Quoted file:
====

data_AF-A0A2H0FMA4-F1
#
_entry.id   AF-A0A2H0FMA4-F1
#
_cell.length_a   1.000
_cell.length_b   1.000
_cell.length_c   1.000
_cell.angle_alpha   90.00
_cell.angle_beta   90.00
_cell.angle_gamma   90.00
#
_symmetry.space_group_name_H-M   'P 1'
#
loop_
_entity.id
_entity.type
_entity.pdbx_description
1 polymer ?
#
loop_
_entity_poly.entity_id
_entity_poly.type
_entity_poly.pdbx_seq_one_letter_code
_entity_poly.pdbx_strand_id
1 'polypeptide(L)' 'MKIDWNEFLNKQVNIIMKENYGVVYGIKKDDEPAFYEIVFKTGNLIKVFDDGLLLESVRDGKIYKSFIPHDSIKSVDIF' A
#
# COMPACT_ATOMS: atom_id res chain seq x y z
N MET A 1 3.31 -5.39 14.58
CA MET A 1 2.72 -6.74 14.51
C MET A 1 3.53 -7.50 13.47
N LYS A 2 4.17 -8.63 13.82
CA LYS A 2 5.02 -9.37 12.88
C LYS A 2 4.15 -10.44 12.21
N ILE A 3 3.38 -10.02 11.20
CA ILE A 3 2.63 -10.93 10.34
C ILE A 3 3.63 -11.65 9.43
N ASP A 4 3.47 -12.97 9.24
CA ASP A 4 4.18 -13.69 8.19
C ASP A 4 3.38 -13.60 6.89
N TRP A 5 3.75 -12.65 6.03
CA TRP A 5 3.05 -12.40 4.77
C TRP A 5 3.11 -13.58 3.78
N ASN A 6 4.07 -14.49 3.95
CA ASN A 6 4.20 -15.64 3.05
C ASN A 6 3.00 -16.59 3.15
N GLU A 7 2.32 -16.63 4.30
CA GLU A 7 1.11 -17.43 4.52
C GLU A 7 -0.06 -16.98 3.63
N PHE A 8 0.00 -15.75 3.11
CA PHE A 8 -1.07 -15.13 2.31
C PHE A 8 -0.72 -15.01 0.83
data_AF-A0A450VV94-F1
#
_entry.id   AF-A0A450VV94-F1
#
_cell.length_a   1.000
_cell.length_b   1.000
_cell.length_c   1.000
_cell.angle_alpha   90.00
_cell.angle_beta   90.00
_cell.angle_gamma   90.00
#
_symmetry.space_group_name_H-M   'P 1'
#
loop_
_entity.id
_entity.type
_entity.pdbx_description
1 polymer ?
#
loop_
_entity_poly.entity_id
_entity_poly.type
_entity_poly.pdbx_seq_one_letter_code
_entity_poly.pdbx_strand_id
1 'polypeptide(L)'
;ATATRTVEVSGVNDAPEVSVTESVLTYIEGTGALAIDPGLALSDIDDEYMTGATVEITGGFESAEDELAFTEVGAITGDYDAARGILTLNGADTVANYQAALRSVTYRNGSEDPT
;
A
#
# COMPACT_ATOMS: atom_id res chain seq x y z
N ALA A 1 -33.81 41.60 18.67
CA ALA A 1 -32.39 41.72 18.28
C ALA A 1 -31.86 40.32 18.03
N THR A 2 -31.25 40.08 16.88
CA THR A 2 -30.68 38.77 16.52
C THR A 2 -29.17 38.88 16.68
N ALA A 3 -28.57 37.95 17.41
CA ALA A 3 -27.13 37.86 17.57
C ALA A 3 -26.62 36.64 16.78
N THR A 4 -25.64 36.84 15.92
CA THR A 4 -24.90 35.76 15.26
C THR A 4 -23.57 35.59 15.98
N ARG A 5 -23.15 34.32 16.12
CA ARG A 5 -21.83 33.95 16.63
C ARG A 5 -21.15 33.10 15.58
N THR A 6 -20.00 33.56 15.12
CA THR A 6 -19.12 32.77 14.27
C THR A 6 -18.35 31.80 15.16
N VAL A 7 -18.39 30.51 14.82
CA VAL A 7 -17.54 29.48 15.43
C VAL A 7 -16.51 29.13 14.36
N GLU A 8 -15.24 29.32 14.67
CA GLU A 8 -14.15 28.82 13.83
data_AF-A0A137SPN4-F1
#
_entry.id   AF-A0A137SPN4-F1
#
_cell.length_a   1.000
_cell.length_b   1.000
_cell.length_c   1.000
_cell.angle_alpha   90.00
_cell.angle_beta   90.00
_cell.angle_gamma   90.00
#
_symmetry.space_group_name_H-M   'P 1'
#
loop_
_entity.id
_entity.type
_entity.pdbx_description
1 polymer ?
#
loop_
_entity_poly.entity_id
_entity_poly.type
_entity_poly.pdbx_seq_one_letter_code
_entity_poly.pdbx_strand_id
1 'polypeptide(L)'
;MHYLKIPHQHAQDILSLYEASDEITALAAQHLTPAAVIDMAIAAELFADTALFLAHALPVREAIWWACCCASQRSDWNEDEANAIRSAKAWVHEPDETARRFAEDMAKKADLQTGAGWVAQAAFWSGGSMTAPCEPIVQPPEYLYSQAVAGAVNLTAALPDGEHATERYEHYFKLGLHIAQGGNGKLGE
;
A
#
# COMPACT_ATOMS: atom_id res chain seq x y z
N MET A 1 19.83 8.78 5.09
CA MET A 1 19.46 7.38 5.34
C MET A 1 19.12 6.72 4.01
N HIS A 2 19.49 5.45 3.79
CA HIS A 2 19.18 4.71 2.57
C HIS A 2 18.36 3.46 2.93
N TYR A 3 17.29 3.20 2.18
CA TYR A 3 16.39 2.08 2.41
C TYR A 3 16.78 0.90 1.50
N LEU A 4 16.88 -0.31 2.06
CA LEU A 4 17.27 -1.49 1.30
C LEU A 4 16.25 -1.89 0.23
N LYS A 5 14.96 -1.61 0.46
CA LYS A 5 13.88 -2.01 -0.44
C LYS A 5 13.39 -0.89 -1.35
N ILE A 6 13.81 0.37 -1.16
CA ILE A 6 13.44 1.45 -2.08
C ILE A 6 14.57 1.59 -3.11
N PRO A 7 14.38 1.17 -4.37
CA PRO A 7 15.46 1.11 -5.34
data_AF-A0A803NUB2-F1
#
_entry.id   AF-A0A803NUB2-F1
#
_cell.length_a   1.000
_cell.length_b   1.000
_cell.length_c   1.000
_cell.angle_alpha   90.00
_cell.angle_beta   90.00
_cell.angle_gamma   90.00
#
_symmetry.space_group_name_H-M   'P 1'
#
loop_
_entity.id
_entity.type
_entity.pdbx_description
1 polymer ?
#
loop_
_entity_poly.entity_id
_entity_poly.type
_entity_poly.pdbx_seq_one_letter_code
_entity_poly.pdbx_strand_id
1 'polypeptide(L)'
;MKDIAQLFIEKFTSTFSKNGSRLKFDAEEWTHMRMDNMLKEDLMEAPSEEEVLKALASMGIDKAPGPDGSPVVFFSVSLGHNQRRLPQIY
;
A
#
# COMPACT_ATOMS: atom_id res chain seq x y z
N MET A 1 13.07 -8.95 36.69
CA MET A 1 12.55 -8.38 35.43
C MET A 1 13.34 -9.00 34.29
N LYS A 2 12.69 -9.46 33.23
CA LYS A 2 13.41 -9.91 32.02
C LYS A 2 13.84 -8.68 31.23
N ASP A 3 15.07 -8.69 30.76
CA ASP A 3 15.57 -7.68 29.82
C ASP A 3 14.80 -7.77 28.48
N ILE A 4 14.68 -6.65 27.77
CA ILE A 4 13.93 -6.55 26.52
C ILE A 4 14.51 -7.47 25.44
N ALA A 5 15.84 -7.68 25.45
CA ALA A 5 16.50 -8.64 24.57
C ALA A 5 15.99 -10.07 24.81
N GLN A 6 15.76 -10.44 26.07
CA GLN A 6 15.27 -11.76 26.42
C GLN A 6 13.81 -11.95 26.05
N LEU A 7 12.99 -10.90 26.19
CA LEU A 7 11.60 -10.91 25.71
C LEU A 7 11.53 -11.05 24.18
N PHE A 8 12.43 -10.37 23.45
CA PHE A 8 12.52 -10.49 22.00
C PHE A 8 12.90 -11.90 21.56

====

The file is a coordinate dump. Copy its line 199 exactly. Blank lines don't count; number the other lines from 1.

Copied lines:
C ALA A 5 15.99 -10.07 24.81